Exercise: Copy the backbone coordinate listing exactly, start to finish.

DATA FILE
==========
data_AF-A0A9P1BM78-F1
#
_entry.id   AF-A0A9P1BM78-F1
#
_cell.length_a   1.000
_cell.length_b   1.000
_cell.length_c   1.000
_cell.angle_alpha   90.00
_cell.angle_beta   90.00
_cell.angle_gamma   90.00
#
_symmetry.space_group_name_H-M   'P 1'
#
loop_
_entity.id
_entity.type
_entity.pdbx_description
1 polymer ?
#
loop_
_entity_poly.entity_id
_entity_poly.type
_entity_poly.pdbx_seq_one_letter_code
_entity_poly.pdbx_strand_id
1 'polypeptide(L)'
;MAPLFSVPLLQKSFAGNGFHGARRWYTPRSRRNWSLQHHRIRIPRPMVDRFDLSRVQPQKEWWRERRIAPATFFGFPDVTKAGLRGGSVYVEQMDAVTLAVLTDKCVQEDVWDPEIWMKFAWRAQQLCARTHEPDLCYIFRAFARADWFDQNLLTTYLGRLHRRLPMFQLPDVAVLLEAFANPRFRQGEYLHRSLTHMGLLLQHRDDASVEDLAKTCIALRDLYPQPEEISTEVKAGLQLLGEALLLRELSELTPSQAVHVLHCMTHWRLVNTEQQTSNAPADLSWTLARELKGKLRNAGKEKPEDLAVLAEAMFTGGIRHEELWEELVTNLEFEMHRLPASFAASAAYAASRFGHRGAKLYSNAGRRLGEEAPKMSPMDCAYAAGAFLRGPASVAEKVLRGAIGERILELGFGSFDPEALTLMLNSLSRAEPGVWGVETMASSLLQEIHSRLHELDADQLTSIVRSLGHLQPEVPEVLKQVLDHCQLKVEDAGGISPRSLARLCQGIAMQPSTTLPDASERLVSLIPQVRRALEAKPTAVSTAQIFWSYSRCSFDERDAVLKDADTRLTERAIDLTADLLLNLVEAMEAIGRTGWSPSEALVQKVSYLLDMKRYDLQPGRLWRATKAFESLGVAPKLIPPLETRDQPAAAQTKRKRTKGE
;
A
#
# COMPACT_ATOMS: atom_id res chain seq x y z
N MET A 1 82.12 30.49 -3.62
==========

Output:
data_AF-A0A9P1BM78-F1
#
_entry.id   AF-A0A9P1BM78-F1
#
_cell.length_a   1.000
_cell.length_b   1.000
_cell.length_c   1.000
_cell.angle_alpha   90.00
_cell.angle_beta   90.00
_cell.angle_gamma   90.00
#
_symmetry.space_group_name_H-M   'P 1'
#
loop_
_entity.id
_entity.type
_entity.pdbx_description
1 polymer ?
#
loop_
_entity_poly.entity_id
_entity_poly.type
_entity_poly.pdbx_seq_one_letter_code
_entity_poly.pdbx_strand_id
1 'polypeptide(L)'
;MAPLFSVPLLQKSFAGNGFHGARRWYTPRSRRNWSLQHHRIRIPRPMVDRFDLSRVQPQKEWWRERRIAPATFFGFPDVTKAGLRGGSVYVEQMDAVTLAVLTDKCVQEDVWDPEIWMKFAWRAQQLCARTHEPDLCYIFRAFARADWFDQNLLTTYLGRLHRRLPMFQLPDVAVLLEAFANPRFRQGEYLHRSLTHMGLLLQHRDDASVEDLAKTCIALRDLYPQPEEISTEVKAGLQLLGEALLLRELSELTPSQAVHVLHCMTHWRLVNTEQQTSNAPADLSWTLARELKGKLRNAGKEKPEDLAVLAEAMFTGGIRHEELWEELVTNLEFEMHRLPASFAASAAYAASRFGHRGAKLYSNAGRRLGEEAPKMSPMDCAYAAGAFLRGPASVAEKVLRGAIGERILELGFGSFDPEALTLMLNSLSRAEPGVWGVETMASSLLQEIHSRLHELDADQLTSIVRSLGHLQPEVPEVLKQVLDHCQLKVEDAGGISPRSLARLCQGIAMQPSTTLPDASERLVSLIPQVRRALEAKPTAVSTAQIFWSYSRCSFDERDAVLKDADTRLTERAIDLTADLLLNLVEAMEAIGRTGWSPSEALVQKVSYLLDMKRYDLQPGRLWRATKAFESLGVAPKLIPPLETRDQPAAAQTKRKRTKGE
;
A
#
# COMPACT_ATOMS: atom_id res chain seq x y z
N MET A 1 82.12 30.49 -3.62